‘One Night in Miami’ Captures Race Relations Then, but Not Now

The “inspired by true events” label on a film should give audiences pause.

It usually means a heaping helping of fiction along with a smattering of truth. Yet the core of “One Night in Miami” actually happened.

That in and of itself is remarkable.

Sam Cooke, Jim Brown, Cassius Clay and Malcolm X did assemble for one special evening in 1964. “One Night in Miami,” based on a smart, successful play by Kemp Powers, leans into that historical moment. And that’s where the creative license begins.

Actress Regina King, making a strong directorial debut, makes sure what follows is both true to the era and complicated enough to leave a mark.

Cassius Clay (Eli Goree) is moments away from becoming the heavyweight champion of the world, and three of his powerful friends have decamped to Miami to savor the moment.

Clay stuns Sonny Liston at the Miami Convention Hall, and later celebrates with Malcolm X (Kingsley Ben-Adir), Cooke (Leslie Odom Jr.) and Brown (Aldis Hodge).

Jim and Cassius hope to party into the wee hours of the night, but Malcolm has other ideas. He turns the moment into an intimate reunion, forcing the men to confront their place in the budding civil rights movement.

King shrewdly opens up the play’s hotel room setting, allowing for breakout moments to liven up the proceedings. It mostly works, although the film’s best moments come from within the modest hotel room space.


King and screenwriter Powers, working from his own material, don’t let the characters off easily. Malcolm is pushy and obsessed with race, never hiding his animus toward the white man. Brown sees himself as a potential movie star, thinking he can easily switch from gridiron glory to box office mainstay.

Clay is larger than life, eager to build his brand as much as shake up the culture.

And then there’s Cooke, accused throughout the night of using his fame for apolitical pursuits.

The banter is light and deep, ferocious and funny, the kind of talk friendships allow to bloom. That special night is weaponized into a treatise of race relations, and unabashedly so, but the performances are so sharp you forgive the creative overreach.

Has an actor ever conveyed Clay quite like Goree? The actor looks so much like the future Muhammad Ali it’s startling, but it’s how he mimics Clay’s quicksilver tongue and spirit that matters more.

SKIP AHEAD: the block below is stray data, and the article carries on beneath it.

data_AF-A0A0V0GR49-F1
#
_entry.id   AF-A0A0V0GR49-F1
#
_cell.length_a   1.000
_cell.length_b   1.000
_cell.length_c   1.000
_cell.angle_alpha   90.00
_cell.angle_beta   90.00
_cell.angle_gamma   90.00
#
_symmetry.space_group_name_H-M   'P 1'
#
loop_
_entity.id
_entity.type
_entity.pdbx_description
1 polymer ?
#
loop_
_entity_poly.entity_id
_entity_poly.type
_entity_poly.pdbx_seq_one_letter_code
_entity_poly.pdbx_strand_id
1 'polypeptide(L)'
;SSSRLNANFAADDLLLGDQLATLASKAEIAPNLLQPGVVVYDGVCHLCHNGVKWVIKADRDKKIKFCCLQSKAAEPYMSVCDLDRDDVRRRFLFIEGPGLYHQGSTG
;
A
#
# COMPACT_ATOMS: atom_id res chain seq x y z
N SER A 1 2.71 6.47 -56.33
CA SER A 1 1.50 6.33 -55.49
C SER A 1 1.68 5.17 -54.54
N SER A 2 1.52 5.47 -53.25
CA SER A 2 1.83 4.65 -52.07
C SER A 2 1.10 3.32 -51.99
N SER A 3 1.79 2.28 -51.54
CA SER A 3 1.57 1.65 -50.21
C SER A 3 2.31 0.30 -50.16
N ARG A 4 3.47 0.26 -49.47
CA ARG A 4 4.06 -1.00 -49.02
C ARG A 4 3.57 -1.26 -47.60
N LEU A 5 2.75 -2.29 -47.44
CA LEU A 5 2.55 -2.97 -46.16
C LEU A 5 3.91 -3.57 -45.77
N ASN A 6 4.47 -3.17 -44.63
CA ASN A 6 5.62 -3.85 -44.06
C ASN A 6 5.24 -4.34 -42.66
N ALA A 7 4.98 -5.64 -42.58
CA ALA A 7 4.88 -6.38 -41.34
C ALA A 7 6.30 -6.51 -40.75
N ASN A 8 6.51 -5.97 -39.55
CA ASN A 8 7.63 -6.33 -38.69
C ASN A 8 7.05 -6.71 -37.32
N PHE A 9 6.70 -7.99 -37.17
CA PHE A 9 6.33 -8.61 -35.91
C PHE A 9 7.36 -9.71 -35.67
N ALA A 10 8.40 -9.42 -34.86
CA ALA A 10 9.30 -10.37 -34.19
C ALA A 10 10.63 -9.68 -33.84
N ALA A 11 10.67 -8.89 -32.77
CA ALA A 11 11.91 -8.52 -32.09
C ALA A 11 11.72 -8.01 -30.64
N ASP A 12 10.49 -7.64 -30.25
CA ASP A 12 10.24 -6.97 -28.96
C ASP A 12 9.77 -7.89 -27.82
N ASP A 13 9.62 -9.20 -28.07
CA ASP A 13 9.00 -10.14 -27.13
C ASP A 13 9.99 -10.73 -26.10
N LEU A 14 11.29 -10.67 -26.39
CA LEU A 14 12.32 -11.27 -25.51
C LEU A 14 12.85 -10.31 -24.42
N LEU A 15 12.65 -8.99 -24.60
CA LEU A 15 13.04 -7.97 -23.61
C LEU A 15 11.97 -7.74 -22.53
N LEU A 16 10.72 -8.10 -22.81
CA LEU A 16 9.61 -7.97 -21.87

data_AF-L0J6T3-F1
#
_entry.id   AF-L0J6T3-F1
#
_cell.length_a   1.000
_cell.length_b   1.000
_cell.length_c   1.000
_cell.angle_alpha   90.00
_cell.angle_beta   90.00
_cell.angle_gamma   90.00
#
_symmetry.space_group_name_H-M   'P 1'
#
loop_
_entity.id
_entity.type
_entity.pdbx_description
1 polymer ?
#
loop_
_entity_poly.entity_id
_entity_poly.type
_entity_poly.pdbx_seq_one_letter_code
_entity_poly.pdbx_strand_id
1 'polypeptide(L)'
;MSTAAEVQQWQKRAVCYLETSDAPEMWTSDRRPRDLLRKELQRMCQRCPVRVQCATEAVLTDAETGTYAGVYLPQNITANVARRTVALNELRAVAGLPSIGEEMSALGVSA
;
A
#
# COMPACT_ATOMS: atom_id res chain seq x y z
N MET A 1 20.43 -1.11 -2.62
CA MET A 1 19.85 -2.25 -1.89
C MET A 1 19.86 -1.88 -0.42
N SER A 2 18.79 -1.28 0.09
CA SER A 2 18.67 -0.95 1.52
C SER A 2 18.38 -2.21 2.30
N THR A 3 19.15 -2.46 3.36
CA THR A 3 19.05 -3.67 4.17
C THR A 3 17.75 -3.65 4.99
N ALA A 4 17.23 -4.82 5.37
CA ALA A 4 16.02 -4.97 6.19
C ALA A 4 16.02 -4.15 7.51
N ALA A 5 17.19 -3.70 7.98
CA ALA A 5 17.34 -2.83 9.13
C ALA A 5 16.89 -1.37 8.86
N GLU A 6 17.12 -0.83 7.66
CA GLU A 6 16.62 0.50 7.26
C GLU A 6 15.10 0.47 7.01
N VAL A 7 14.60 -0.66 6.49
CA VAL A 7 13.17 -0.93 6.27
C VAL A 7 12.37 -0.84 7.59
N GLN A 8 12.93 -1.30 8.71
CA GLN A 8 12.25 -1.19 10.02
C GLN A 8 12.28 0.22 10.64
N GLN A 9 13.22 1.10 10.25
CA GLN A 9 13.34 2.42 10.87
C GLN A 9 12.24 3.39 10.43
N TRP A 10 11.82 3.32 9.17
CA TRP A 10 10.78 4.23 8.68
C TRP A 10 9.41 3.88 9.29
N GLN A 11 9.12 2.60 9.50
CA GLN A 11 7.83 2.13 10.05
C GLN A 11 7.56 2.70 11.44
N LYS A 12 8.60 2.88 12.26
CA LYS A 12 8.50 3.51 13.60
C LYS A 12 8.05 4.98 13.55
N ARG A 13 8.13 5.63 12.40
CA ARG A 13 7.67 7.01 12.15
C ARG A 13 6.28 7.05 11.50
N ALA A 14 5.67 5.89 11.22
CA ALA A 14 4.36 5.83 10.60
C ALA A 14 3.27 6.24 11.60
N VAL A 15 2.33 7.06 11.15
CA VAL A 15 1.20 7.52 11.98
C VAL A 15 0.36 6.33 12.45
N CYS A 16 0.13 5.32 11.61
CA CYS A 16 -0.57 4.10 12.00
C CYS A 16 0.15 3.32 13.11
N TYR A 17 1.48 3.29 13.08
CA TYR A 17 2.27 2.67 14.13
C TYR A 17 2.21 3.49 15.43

Ben-Adir gets the showiest role as Malcolm, a figure obsessed with improving the lives of black Americans. Both Hodge and Odom, Jr. capably bring their characters to life, moving past impersonations to dig deeper into the souls on display.

Long story short — what a cast.

Progressives will see “One Night in Miami” as proof precious little has changed in the civil rights movement given George Floyd and the rise of Black Lives Matter.

They’re patently wrong, but that’s not the point. “Miami” allows for that conversation, that interpretation, offering multiple sides of arguments without telling us which way to think.

That’s what good storytelling does, and kudos to King and co. for letting that happen.

Special kudos to the film’s production design team and cinematographer, who combine to evoke the era with hushed colors and pinpoint period details.

The film looks sumptuous while always reminding us it’s 1964.

“One Night in Miami” does have its hiccups. An early sequence highlighting the racism of the era, courtesy of a Beau Bridges cameo, feels like overkill even if such garish sentiments flowed at the time.

Audiences are keenly aware of the injustices black Americans faced in the 1960s, and that brand of in-your-face storytelling isn’t necessary.

Cooke’s disastrous debut at the Copacabana, with the white crowd’s disapproval, flows far better.

A few detours can’t deprive “One Night in Miami” of its storytelling impact or how these four figures shaped the culture.

HiT or Miss: “One Night in Miami” can’t completely shed its theatrical roots, but what emerges is a mesmerizing look at a contentious chapter in U.S. history.

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